0.00      3.84     0.00   195749     0.00     0.00  _ZNSt5dequeIjSaIjEE16_M_push_back_auxIJjEEEvDpOT_
  0.00      3.84     0.00        2     0.00     0.00  std::_Deque_base<unsigned int, std::allocator<unsigned int> >::_M_initialize_map(unsigned int)
  0.00      3.84     0.00        2     0.00     0.00  std::_Deque_base<unsigned int, std::allocator<unsigned int> >::~_Deque_base()
  0.00      3.84     0.00        1     0.00     0.00  _GLOBAL__sub_I__ZN12AbstractMaze3mapE
  0.00      3.84     0.00        1     0.00     0.00  _GLOBAL__sub_I__ZN7MazePngC2Ejj
  0.00      3.84     0.00        1     0.00     0.00  _GLOBAL__sub_I__ZN9MazeDebugC2Ejj
  0.00      3.84     0.00        1     0.00     0.00  _GLOBAL__sub_I_main
  • Profiling with windows environment:

SDiagram.PNG

Summary:

Function toPng() has an average of 42% execution time. It also has O(n^2) runtime.



Prime Numbers

Script started on Fri 10 Feb 2017 12:21:37 AM EST
hli206@matrix:~/GPU610/Assignment/primeNum> cat primeNum.custom.cpp
#include<iostream>
#include<ctime>
#include<chrono>
#include<cstdlib>
#include<math.h>    // Math.h For sqrt function

using namespace std;
using namespace std::chrono;

void init(float* a, int n) {
    const float randf = 1.0f / (float) RAND_MAX; 
    for (int i = 0; i < n; i++)
        a[i] = std::rand() * randf;
}

void reportTime(const char* msg, steady_clock::duration span) {
    auto ms = duration_cast<milliseconds>(span);
    std::cout << msg << " - took - " <<
    ms.count() << " millisecs" << std::endl;
}

void primeFinder(int num, int bn) {

     for (int i=2; i<num; i++)
        for (int j=2; j*j<=i; j++)
        {
            if (i % j == 0)
                break;
            else if (j+1 > sqrt(i)) {
                if(bn == 1)
                    cout << i << endl;
            }
        }


}

int main() {
     int n, boolN;
     steady_clock::time_point ts, te;
     cout<<"Enter the Number :";
     cin>>n;
     cout<<"Show result?(1/0)"<<endl;
     cin>>boolN;
     cout<<"List Of Prime Numbers Below "<<n<<endl;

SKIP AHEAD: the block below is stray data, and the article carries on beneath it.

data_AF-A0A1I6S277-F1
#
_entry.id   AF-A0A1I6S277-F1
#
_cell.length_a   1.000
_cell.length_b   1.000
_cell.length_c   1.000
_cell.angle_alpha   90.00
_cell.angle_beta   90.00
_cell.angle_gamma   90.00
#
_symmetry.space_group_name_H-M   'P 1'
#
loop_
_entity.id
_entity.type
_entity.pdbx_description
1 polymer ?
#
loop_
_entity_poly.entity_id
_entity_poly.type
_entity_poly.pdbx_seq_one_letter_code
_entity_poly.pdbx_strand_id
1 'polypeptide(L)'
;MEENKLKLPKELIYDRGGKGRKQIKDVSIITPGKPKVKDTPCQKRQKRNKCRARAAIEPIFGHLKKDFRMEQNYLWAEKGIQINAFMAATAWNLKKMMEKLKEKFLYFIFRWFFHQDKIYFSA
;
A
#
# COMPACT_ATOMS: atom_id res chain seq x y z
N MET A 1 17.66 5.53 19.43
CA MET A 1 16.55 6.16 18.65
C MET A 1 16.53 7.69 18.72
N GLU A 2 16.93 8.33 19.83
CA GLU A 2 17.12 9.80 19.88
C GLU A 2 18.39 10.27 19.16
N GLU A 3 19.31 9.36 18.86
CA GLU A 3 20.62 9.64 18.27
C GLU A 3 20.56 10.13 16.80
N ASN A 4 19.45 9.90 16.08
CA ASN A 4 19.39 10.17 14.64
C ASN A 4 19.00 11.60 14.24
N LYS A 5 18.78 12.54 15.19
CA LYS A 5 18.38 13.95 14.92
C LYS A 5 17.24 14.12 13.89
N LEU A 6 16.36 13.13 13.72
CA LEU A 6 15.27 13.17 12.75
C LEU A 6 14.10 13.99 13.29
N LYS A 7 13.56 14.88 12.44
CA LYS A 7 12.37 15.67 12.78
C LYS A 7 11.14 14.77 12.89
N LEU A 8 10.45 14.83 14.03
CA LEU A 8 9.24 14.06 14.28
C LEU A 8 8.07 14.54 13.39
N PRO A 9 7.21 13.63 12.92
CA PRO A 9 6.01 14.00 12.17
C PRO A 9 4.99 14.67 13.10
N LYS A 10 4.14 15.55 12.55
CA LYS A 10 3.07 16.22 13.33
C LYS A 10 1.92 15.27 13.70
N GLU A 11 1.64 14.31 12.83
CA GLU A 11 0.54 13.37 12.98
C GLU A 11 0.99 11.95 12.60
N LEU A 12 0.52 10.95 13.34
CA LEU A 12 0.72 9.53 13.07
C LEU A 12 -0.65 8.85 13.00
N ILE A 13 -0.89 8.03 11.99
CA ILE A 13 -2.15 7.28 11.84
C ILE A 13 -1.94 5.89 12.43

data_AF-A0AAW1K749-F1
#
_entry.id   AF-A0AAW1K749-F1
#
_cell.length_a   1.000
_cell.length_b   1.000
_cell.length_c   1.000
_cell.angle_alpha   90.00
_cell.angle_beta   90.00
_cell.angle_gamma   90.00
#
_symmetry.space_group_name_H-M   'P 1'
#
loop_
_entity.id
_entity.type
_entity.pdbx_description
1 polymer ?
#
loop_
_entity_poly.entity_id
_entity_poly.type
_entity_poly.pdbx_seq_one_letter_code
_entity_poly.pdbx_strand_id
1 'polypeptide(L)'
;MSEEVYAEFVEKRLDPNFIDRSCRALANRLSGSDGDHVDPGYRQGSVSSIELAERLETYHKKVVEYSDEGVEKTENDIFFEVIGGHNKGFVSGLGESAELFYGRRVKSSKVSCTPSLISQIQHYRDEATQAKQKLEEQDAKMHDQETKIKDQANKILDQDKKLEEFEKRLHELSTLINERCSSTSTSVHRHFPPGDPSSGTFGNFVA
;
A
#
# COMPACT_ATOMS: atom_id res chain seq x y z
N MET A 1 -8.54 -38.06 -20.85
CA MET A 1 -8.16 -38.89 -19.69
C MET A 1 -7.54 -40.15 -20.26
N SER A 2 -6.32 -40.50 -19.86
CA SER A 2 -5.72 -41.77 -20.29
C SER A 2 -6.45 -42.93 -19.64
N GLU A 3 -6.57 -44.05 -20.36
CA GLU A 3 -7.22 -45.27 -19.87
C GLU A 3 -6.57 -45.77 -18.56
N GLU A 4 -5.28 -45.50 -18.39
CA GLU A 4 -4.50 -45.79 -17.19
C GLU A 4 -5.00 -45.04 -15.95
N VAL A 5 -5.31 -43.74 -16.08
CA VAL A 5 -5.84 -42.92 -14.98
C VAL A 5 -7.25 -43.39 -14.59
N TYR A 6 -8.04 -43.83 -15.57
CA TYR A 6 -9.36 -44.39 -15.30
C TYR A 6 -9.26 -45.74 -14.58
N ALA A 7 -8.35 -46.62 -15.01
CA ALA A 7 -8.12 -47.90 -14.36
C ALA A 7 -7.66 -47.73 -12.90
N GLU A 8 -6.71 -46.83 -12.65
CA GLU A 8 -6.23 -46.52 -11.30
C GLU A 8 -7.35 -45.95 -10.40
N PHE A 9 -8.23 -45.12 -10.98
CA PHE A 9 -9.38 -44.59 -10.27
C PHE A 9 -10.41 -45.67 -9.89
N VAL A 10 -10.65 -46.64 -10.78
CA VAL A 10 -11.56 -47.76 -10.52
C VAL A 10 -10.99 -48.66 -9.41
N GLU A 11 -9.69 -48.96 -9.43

std::srand(std::time(nullptr));
     ts = steady_clock::now();
     primeFinder(n, boolN);
     te = steady_clock::now();
     reportTime("Prime Number();         ", te - ts);
     return 0;
 }
hli206@matrix:~/GPU610/Assignment/primeNum> cat Makefile
# Makefile for Assignment1
#
VER=custom
GCC_VERSION = 5.2.0
PREFIX = /usr/local/gcc/${GCC_VERSION}/bin/
CC = ${PREFIX}gcc
CPP = ${PREFIX}g++

primeNum.${VER}: primeNum.${VER}.o
	$(CPP) -oprimeNum.${VER} primeNum.${VER}.o

primeNum.${VER}.o: primeNum.${VER}.cpp
	$(CPP) -c -O2 -std=c++14 primeNum.${VER}.cpp 

clean:
	rm *.o
hli206@matrix:~/GPU610/Assignment/primeNum> make
make: `primeNum.custom' is up to date.
hli206@matrix:~/GPU610/Assignment/primeNum> primeNum.custom
Enter the Number :50
Show result?(1/0)
1
List Of Prime Numbers Below 50
5
7
11
13
17
19
23
29
31
37
41
43
47
Prime Number();          - took - 0 millisecs
hli206@matrix:~/GPU610/Assignment/primeNum> primeNum.custom
Enter the Number :100000
Show result?(1/0)
0
List Of Prime Numbers Below 100000
Prime Number();          - took - 84 millisecs
hli206@matrix:~/GPU610/Assignment/primeNum> primeNum.custom
Enter the Number :1000000
Show result?(1/0)
0
List Of Prime Numbers Below 1000000
Prime Number();          - took - 2065 millisecs
hli206@matrix:~/GPU610/Assignment/primeNum> primNum.custom
If 'primNum.custom' is not a typo you can use command-not-found to lookup the package that contains it, like this:
    cnf primNum.custom
hli206@matrix:~/GPU610/Assignment/primeNum> primeNum.custom
Enter the Number :10000000
Show result?(1/0)
0
List Of Prime Numbers Below 10000000
Prime Number();          - took - 53504 millisecs
hli206@matrix:~/GPU610/Assignment/primeNum> exit
exit

Script done on Fri 10 Feb 2017 12:25:53 AM EST

Analysis

This is a simple c++ program for finding any prime number within range. The program function primeFinder () is the only function in the program so it takes up to nearly 100% of the execution time. Moreover, primeFinder() has a runtime of O(n^2).

primeFinder() function:

void primeFinder(int num, int bn) {

     for (int i=2; i<num; i++)
        for (int j=2; j*j<=i; j++)
        {
            if (i % j == 0)
                break;
            else if (j+1 > sqrt(i)) {
                if(bn == 1)
                    cout << i << endl;
            }
        }
}



Recommendation

Maze.

Although Pi may have more potential, its calculated results are too limited. On the other hand, Maze has a higher limit which will enable us to do better testing.

PHASE 2

Maze

Maze 3x3
Maze 10x10

Introduction:

The Maze program (by corzani@github) generates a maze image (of type PNG).